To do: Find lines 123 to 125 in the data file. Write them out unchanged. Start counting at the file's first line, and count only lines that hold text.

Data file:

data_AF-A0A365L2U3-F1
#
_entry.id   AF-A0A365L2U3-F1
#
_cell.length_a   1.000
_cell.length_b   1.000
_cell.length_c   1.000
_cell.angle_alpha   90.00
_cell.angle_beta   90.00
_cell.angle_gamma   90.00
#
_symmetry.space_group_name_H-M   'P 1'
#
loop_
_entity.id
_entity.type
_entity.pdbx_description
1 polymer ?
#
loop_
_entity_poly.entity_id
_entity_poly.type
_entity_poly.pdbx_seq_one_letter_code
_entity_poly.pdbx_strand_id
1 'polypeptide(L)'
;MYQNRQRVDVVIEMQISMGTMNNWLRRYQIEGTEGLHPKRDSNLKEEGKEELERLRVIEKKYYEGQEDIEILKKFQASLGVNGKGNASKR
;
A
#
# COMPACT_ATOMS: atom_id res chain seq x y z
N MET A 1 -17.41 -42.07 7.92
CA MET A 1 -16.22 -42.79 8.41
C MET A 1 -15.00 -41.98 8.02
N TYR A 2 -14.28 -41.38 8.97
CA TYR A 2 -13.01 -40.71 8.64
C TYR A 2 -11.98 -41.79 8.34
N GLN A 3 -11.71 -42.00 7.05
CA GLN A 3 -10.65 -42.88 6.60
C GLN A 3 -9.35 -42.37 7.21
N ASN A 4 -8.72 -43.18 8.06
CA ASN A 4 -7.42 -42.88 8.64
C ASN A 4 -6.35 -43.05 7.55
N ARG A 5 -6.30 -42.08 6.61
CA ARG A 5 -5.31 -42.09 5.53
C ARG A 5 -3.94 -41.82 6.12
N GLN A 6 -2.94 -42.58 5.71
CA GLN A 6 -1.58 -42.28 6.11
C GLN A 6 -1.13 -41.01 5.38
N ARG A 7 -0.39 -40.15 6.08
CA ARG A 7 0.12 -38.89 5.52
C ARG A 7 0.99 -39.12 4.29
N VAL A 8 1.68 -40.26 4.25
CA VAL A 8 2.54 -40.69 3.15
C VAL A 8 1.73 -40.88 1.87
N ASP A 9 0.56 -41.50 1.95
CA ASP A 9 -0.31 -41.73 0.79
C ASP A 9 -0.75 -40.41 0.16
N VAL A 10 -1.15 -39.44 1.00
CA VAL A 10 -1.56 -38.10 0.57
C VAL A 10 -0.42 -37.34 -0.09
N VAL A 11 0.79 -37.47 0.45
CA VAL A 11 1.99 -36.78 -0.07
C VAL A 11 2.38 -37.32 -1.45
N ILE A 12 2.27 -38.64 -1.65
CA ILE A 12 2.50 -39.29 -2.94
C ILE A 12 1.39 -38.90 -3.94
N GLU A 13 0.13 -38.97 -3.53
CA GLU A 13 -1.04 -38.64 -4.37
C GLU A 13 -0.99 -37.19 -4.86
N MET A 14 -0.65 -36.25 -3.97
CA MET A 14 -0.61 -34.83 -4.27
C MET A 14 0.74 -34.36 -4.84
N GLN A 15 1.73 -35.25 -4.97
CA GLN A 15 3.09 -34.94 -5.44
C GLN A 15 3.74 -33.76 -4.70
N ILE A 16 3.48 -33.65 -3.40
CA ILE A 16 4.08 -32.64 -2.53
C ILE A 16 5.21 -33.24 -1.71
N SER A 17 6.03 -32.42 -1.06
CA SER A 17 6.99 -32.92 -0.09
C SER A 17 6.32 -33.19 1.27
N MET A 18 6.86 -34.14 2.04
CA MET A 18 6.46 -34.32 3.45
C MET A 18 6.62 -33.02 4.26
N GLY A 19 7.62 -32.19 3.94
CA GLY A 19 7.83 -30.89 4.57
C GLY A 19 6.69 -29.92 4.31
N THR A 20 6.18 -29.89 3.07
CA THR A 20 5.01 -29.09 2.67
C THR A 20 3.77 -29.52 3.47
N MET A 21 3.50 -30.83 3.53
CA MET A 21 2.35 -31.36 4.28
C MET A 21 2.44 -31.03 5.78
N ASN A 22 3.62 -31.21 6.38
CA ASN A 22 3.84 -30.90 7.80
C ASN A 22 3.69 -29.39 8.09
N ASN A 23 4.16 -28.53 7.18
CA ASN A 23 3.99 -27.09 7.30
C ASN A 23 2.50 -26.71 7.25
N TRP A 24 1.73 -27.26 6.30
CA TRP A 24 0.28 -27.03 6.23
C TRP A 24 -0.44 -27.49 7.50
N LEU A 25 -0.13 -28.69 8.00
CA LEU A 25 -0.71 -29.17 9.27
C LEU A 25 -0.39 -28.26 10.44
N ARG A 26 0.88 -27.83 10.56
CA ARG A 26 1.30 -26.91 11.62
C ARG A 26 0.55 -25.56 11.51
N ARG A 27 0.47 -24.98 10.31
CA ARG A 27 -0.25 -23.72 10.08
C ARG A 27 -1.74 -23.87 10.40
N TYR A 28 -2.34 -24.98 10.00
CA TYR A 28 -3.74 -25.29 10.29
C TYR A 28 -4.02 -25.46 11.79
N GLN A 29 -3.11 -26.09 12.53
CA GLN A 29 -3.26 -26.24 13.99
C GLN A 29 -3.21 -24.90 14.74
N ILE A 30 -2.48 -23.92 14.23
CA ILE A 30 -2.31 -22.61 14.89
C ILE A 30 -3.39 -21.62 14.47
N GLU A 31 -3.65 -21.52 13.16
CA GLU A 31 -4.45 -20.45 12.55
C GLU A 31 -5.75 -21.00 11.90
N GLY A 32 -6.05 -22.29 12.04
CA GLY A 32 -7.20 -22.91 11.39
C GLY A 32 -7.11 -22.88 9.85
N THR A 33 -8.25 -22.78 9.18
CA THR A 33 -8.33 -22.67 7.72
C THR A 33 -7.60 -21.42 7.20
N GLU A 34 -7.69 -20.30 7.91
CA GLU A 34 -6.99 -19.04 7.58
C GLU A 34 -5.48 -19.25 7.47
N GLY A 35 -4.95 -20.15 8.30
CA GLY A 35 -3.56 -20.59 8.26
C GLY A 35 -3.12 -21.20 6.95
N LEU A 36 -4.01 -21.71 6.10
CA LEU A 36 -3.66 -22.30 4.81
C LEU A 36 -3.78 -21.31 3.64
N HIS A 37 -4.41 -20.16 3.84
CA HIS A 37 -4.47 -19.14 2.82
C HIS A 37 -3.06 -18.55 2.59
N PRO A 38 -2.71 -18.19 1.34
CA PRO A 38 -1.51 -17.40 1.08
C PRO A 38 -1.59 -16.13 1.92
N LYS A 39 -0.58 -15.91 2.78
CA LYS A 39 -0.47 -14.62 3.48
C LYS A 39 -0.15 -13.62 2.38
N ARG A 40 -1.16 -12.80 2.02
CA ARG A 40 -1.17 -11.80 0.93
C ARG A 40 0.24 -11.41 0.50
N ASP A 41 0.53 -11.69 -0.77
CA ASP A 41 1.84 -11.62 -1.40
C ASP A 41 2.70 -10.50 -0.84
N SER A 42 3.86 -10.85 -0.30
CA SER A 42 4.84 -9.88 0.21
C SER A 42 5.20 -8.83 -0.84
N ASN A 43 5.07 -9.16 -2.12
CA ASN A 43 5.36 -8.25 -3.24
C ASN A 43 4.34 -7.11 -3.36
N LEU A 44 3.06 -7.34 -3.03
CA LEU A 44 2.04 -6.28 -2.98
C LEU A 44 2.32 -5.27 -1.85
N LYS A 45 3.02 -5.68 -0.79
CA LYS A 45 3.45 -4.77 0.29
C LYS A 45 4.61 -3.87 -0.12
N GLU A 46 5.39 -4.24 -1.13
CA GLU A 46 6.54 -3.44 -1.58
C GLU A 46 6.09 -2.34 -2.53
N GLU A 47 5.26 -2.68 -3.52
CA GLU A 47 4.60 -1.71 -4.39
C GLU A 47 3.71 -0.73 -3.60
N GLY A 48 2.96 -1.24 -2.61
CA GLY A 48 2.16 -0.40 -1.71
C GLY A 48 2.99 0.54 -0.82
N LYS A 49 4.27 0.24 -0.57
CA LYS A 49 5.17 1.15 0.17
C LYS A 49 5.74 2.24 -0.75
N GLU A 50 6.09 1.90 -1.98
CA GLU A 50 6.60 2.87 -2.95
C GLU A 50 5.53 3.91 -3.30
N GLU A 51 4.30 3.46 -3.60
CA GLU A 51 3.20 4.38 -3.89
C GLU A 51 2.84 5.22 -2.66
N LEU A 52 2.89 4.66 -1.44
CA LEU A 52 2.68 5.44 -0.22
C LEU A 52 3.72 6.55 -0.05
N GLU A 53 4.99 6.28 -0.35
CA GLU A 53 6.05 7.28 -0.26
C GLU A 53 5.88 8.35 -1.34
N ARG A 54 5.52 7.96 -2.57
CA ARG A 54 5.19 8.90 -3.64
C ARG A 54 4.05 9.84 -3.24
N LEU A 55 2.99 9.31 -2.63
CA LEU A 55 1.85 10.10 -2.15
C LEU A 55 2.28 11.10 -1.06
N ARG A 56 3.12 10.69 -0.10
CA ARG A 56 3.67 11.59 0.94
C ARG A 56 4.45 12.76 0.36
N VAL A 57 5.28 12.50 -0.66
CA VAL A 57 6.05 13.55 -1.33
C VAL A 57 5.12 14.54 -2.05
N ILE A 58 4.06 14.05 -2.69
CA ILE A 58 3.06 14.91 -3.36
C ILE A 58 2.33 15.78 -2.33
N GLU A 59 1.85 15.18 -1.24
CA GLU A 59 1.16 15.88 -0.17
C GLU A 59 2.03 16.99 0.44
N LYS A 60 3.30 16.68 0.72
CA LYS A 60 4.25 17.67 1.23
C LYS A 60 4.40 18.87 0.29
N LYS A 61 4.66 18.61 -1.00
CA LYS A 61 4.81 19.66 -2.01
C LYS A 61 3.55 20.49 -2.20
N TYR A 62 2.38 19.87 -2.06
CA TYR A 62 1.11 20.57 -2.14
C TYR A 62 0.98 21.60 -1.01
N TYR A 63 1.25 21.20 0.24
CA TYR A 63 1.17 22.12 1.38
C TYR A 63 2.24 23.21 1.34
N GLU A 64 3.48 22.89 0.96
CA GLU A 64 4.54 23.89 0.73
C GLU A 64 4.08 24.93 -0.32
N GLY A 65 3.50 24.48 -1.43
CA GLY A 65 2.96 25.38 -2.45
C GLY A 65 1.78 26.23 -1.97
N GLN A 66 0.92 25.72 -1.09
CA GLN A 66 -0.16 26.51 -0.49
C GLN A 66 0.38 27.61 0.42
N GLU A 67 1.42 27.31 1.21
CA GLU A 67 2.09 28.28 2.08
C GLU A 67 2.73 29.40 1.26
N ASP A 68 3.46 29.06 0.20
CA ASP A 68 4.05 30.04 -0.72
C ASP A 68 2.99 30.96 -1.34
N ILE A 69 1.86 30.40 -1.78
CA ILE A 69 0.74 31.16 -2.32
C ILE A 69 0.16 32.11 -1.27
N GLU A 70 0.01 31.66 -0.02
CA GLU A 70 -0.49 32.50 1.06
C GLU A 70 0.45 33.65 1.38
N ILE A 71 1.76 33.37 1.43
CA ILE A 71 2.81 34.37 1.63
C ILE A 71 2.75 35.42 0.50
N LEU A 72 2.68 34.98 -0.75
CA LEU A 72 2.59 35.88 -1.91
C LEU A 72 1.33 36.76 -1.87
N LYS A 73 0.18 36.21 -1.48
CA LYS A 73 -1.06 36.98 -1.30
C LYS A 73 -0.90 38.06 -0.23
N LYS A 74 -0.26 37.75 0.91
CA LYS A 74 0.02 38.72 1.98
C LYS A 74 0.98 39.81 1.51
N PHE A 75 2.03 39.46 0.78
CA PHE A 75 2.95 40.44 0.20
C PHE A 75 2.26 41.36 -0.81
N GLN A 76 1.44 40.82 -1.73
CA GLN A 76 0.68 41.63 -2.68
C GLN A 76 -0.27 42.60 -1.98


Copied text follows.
C GLU A 31 -5.75 -21.00 11.90
N GLY A 32 -6.05 -22.29 12.04
CA GLY A 32 -7.20 -22.91 11.39